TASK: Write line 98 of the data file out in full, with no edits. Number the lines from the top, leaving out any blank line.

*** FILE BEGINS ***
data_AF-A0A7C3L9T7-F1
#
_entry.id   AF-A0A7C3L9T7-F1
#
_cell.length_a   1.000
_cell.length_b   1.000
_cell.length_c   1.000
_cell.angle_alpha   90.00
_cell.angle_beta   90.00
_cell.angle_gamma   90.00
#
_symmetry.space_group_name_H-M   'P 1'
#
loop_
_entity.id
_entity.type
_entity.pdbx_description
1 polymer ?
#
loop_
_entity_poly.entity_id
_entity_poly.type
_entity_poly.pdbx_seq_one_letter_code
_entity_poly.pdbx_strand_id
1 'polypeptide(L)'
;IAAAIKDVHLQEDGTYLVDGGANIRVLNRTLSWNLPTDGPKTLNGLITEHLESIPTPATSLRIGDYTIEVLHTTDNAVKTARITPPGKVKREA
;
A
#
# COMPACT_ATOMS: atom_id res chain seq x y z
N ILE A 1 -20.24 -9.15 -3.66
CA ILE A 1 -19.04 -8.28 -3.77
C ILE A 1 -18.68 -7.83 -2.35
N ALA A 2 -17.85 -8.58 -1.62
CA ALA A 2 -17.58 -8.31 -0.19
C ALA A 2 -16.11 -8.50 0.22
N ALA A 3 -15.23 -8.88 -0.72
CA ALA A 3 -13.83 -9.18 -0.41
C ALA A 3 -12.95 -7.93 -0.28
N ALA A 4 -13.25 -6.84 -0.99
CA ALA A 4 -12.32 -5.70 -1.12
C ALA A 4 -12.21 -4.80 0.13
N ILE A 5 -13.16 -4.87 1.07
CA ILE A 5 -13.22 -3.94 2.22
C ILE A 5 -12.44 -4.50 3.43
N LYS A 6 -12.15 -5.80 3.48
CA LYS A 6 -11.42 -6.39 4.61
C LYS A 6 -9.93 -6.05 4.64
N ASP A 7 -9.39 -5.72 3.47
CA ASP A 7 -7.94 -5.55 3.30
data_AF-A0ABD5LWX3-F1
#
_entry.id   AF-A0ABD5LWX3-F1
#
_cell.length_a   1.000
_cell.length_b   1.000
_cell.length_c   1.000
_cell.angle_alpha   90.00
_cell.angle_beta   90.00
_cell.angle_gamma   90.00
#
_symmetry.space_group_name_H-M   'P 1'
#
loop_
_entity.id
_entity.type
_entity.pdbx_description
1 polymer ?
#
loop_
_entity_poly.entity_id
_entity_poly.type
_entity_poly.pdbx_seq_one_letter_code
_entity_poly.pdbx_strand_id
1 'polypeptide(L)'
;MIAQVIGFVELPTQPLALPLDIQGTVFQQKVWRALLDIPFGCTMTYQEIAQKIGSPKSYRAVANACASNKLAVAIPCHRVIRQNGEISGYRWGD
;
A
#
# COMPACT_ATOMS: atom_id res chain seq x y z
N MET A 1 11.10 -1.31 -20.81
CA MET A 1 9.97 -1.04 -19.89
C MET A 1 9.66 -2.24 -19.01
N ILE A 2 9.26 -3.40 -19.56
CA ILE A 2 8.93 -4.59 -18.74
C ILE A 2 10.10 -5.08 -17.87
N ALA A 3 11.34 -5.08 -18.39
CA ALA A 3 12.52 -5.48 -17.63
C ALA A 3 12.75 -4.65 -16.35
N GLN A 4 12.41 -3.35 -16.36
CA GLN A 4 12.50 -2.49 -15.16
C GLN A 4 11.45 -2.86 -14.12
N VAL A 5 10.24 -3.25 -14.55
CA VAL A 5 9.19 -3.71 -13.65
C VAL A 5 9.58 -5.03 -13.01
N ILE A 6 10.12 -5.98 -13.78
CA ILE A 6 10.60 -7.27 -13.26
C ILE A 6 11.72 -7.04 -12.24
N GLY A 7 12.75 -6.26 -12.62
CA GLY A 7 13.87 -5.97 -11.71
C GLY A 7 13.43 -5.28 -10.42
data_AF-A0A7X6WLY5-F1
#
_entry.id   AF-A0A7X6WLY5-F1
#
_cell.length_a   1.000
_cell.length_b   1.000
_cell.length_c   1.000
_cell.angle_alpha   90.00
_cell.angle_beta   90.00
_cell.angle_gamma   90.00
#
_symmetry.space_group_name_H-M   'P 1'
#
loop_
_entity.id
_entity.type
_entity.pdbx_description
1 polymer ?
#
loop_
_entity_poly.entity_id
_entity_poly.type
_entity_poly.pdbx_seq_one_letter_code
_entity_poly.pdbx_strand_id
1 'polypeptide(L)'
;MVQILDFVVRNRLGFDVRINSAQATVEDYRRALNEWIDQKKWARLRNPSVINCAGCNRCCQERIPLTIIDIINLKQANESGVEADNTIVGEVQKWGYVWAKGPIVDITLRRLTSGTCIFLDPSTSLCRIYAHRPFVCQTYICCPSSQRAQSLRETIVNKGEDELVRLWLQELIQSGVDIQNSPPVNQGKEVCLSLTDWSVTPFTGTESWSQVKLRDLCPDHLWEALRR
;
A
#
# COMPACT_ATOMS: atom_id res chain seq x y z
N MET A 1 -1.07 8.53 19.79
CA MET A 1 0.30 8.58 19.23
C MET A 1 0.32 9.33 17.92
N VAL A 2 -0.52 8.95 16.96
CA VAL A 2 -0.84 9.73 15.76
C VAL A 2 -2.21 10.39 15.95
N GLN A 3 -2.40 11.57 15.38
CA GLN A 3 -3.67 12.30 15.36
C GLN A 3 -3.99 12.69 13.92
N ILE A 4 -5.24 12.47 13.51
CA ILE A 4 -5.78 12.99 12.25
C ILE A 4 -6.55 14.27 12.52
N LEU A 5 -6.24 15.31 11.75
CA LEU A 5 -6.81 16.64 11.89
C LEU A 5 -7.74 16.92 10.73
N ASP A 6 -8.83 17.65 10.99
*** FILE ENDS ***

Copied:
C ILE A 6 11.72 -7.04 -12.24